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SUPREME COURT DOCKET REPORT

Mayer Brown's Supreme Court and Appellate Practice Group distributes a Docket Report whenever the Supreme Court grants certiorari in a case of interest to the business community. We also email the Docket Report to our subscribed members and if you don't already subscribe to the Docket Report and would like to, please click here.

October Term 2009 - October 13, 2009

Today the Supreme Court granted certiorari in one case of interest to the business community:


Removal to Federal Court—Complete Preemption Doctrine—Federal Officer Removal Statute

Under Beneficial National Bank v. Andersen, 539 U.S. 1 (2003), the test for determining whether a state law is “completely preempted” by federal law, and thus whether lawsuits brought under that state law are removable to federal court under 28 U.S.C. § 1441, is whether the federal law “provide[s] the exclusive cause of action for the claim asserted.”539 U.S. at 8. Under Watson v. Philip Morris Cos., 551 U.S. 142 (2007), the test for determining whether a government contractor can remove a case to federal court pursuant to the federal officer removal statute, 28 U.S.C. § 1442(a), is whether, “in the absence of a contract with a private firm, the government itself would have had to perform.” 551 U.S. at 154. 

Today, the Supreme Court granted certiorari in Health Care Service Corporation v. Pollitt, No. 09-38, to decide two questions relating to the availability of removal: first, whether the Federal Employees Health Benefits Act (“FEHBA”), 5 U.S.C. §§ 8901–8914, completely preempts—and therefore makes removable to federal court—a state-law suit challenging benefit determinations that are subject to the FEHBA; and second, whether the federal officer removal statute encompasses a suit against a government contractor administering a FEHBA plan, where the contractor is sued for actions taken pursuant to the government contract.

Pollitt is of considerable importance to all businesses that contract with the federal government. How the Court resolves the questions presented may substantially affect the ability of government contractors to remove to federal court lawsuits that arise from their performance under such contracts.

In the decision below, the Seventh Circuit held that the FEHBA does not completely preempt state-law claims because, in its view, “that federal law does not completely occupy the field of health-insurance coverage for federal workers.” 558 F.3d 615, 616. In holding the complete preemption doctrine applicable only when federal law completely occupies the relevant field, the Seventh Circuit created an implicit conflict with other federal appellate courts, which have held the complete preemption doctrine applicable when federal law provides the exclusive cause of action for the claim asserted.

The Seventh Circuit also held that a government contractor may remove a case under the federal officer removal statute if but only if the contractor’s allegedly wrongful conduct was at the “directive” of the federal agency with which it contracted.  558 F.3d at 617. That conclusion was in implicit conflict with a holding of the Second Circuit, which had previously held that removal under 28 U.S.C. § 1442(a) is available whenever the contractor’s allegedly wrongful conduct arose from the performance of its contract, whether or not the government specifically directed that conduct.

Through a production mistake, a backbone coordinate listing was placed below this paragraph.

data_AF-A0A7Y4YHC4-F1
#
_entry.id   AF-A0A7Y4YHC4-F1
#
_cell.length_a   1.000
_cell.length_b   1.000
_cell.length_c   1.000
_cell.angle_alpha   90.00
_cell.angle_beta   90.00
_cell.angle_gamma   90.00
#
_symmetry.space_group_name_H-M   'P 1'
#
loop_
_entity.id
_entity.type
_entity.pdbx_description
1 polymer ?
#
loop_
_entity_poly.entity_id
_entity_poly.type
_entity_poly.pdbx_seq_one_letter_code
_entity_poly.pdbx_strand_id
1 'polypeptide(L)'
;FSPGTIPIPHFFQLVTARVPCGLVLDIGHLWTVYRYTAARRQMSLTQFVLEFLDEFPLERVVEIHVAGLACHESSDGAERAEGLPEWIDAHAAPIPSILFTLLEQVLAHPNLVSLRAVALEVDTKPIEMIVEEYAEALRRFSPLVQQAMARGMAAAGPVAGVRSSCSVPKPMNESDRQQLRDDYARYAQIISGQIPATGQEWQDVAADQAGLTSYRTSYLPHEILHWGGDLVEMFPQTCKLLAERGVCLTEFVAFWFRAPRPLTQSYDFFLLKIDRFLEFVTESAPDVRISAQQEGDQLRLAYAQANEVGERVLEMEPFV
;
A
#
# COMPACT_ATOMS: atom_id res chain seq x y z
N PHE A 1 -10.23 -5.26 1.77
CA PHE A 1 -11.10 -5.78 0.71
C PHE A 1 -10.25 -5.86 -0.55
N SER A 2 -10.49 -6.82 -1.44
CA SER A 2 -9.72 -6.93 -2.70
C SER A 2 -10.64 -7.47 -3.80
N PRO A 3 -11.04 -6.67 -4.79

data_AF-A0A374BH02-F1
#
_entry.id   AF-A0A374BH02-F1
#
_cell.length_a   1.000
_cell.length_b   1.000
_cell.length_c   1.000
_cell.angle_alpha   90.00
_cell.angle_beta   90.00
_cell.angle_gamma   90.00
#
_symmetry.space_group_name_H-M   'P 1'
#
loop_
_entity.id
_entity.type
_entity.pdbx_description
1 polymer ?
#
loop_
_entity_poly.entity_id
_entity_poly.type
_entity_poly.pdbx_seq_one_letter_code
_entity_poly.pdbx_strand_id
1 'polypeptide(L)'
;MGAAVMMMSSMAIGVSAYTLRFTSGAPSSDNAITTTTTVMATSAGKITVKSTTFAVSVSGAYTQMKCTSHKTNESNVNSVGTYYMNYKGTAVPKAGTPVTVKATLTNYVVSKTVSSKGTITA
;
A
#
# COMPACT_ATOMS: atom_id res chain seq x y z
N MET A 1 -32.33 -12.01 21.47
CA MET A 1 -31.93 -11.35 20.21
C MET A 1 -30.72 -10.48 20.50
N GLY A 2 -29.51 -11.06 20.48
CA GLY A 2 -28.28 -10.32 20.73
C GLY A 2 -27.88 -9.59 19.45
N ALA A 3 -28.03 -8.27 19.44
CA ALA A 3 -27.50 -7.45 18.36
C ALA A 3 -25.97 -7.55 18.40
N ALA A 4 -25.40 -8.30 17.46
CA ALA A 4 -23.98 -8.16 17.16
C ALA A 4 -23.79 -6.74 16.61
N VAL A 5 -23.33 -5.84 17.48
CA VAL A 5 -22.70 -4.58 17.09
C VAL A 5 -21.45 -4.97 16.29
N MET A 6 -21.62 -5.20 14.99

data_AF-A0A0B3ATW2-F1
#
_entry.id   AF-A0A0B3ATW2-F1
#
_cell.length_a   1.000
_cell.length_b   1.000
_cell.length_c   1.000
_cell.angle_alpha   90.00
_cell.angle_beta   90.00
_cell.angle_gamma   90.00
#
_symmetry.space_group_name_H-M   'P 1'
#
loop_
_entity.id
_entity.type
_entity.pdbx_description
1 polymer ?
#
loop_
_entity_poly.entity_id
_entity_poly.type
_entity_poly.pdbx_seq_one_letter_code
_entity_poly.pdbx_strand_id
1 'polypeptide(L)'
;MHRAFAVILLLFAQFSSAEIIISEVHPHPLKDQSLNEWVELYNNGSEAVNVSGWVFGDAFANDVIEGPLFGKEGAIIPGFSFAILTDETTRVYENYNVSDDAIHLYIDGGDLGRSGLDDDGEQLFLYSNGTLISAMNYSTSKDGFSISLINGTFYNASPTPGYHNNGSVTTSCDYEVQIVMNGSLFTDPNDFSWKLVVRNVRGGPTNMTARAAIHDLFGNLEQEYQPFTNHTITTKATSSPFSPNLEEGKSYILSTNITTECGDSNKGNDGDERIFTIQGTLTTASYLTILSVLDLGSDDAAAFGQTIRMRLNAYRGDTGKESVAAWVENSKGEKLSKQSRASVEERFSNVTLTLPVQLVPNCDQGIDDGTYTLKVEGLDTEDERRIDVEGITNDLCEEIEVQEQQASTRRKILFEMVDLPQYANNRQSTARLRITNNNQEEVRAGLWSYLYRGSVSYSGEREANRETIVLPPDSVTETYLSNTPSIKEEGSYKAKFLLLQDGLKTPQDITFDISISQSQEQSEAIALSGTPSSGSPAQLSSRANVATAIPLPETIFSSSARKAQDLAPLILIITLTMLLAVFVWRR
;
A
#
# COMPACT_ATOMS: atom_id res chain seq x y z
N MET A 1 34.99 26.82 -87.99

Absent extensions, amicus briefs in support of the petitioner will be due on December 4, 2009, and amicus briefs in support of the respondents will be due on January 4, 2010. Any questions about this case should be directed to Marcia Madsen (+1 202 263 3274) in Mayer Brown’s Washington, D.C. office.


Last week, the Supreme Court also invited the Solicitor General to file briefs expressing the views of the United States in four other cases of interest to the business community:

Williamson v. Mazda Motor of America, Inc., No. 08-1314. The questions presented involve the implied preemption of state-law tort claims. Mayer Brown represented the Alliance of Automobile Manufacturers as an amicus in the case below.

Costco Wholesale Corp. v. Omega, S.A., No. 08-1423. The question presented is whether the first-sale doctrine recognized under the Copyright Act applies to imported goods manufactured abroad.

Missouri Gas Energy v. Schmidt, No. 08-1458. The questions presented involve the constitutionality of state taxes imposed on natural gas shipped in interstate pipelines.

Golden Gate Restaurant Assoc. v. City & County of San Francisco,, No. 08-1515. The question presented is whether ERISA preempts local laws requiring employer contributions to employee health benefits.

Mayer Brown's Supreme Court & Appellate practice distributes a Docket Report whenever the Supreme Court grants certiorari in a case of interest to the business community and distributes a Docket Report-Decision Alert whenever the Court decides such a case. We hope you find the Docket Reports and Decision Alerts useful, and welcome feedback on them (which should be addressed to Andrew Tauber, their general editor, at atauber@mayerbrown.com or +1 202 263 3324).

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